Why Social Investment Must Be More Accessible
The Guardian

If you decide you want to invest your money in social enterprise, how are you going about it? The truth is you would find it difficult. Even though there are many really exciting investments available to the general public, it is virtually impossible to find out what there is to buy and how to go about buying it. The result? Social investment is only open to the truly committed – the hard core.

The sector is fond of talking about the billions that could be invested in the social investment market, but so far it has done little to make that happen. Even the newly launched Social Stock Exchange doesn’t allow you to actually invest in any of the businesses featured, and, furthermore, it is restricted to businesses already listed on a mainstream stock exchange, which excludes almost every social enterprise in existence.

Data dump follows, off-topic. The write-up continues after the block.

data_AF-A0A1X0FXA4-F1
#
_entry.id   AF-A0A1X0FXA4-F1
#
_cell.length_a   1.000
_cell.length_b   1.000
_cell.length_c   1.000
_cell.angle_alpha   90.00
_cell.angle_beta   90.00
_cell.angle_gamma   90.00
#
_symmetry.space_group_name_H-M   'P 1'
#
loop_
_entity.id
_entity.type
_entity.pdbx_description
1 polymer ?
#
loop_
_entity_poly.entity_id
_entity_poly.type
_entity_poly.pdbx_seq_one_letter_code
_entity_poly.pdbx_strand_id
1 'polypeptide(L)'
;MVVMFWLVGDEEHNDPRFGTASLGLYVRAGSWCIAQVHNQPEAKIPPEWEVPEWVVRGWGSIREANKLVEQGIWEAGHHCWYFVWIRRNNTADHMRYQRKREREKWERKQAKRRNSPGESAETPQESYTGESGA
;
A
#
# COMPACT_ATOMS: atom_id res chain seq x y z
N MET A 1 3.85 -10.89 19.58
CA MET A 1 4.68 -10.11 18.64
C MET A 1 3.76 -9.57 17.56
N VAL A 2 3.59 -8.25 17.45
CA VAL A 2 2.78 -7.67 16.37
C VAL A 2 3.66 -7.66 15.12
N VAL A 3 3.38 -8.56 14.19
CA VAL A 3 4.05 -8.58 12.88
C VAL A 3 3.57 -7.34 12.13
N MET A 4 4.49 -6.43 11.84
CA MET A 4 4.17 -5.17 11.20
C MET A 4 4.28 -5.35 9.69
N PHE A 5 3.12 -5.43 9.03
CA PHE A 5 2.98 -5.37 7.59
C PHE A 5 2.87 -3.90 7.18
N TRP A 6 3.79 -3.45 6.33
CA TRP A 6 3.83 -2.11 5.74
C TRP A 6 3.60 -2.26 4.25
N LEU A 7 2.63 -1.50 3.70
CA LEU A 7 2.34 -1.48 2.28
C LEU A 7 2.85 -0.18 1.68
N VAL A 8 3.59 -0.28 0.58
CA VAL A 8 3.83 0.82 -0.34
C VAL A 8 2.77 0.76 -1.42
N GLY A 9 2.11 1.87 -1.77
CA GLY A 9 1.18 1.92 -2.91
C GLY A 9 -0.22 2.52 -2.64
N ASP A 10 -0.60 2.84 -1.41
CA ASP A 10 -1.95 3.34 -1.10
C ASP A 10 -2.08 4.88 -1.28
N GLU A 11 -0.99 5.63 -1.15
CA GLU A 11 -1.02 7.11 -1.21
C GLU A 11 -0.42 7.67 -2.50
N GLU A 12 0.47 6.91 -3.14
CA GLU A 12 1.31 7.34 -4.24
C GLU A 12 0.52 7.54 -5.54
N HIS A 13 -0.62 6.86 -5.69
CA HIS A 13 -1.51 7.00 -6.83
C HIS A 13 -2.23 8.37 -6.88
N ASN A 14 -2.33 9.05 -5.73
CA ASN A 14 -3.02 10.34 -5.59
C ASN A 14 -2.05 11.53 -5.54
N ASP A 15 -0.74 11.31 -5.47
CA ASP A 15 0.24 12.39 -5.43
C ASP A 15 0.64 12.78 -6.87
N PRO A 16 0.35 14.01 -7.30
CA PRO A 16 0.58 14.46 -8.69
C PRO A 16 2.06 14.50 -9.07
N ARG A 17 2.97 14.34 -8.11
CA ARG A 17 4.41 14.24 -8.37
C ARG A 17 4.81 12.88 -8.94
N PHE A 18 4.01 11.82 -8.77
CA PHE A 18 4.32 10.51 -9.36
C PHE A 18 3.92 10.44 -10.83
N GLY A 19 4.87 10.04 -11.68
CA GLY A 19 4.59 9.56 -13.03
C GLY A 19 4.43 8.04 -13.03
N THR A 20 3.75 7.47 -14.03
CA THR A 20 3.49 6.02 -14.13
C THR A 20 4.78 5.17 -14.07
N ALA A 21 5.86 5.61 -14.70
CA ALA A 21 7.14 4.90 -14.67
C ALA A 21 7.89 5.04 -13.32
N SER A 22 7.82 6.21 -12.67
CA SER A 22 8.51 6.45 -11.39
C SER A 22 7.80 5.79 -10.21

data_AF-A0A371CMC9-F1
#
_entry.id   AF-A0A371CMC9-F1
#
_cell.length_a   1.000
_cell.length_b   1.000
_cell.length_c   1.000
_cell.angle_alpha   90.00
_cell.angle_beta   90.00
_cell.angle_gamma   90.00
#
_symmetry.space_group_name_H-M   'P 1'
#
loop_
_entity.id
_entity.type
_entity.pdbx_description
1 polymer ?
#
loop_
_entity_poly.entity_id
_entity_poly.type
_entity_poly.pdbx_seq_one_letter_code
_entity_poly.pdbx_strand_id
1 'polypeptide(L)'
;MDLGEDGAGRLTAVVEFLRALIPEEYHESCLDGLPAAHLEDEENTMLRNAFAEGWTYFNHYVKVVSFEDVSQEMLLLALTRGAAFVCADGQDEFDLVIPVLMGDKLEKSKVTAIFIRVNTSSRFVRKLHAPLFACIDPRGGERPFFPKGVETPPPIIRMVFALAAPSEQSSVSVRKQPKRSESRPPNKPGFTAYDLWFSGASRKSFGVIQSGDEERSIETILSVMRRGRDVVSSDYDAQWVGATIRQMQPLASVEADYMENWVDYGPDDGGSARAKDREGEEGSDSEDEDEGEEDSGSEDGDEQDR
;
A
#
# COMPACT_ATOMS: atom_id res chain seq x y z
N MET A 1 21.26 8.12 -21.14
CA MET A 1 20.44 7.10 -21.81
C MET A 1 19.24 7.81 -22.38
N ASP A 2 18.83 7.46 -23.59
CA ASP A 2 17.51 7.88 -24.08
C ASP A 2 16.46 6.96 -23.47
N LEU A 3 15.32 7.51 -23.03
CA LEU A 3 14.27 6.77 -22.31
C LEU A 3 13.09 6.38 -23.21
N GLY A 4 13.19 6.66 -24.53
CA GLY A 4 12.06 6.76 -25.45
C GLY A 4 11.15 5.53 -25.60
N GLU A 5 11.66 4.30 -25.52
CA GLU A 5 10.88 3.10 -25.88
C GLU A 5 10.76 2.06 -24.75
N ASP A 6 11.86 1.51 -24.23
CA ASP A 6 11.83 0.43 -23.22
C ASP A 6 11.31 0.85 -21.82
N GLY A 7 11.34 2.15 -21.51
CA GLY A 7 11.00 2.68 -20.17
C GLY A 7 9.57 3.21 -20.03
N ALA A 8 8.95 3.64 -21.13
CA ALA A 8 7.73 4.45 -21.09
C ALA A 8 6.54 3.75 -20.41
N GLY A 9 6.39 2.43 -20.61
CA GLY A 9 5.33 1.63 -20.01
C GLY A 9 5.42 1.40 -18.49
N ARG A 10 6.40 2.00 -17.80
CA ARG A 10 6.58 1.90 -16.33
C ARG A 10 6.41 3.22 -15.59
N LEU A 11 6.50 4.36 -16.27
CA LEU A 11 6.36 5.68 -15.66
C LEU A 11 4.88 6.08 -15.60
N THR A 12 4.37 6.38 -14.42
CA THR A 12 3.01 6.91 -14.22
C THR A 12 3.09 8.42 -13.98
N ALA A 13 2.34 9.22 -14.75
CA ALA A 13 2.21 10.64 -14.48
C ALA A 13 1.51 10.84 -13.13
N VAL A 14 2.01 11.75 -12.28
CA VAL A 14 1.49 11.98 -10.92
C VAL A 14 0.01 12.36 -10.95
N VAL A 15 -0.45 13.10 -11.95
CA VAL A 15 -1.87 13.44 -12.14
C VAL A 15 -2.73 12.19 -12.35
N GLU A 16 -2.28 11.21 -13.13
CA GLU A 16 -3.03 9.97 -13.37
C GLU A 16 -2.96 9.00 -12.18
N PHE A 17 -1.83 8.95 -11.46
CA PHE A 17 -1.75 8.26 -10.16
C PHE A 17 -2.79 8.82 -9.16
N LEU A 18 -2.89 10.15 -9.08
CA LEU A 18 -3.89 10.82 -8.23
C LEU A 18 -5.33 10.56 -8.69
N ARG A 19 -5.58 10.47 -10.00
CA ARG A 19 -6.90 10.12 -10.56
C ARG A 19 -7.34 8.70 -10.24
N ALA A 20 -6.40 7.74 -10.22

In reality, the social investment marketplace barely exists. It is more akin to a few pop-up restaurants advertised by flyers on lamp-posts than a high street full of established eateries that are regularly reviewed online and in the local press.

Most people who set out to invest ethically will end up investing in ethical unit trusts. This is simply because the marketplace for these funds is better established. There are deal platforms that allow you to invest online, comparison websites that allow you to choose the funds that best suit your needs and independent financial advisers who will recommend which funds to invest in.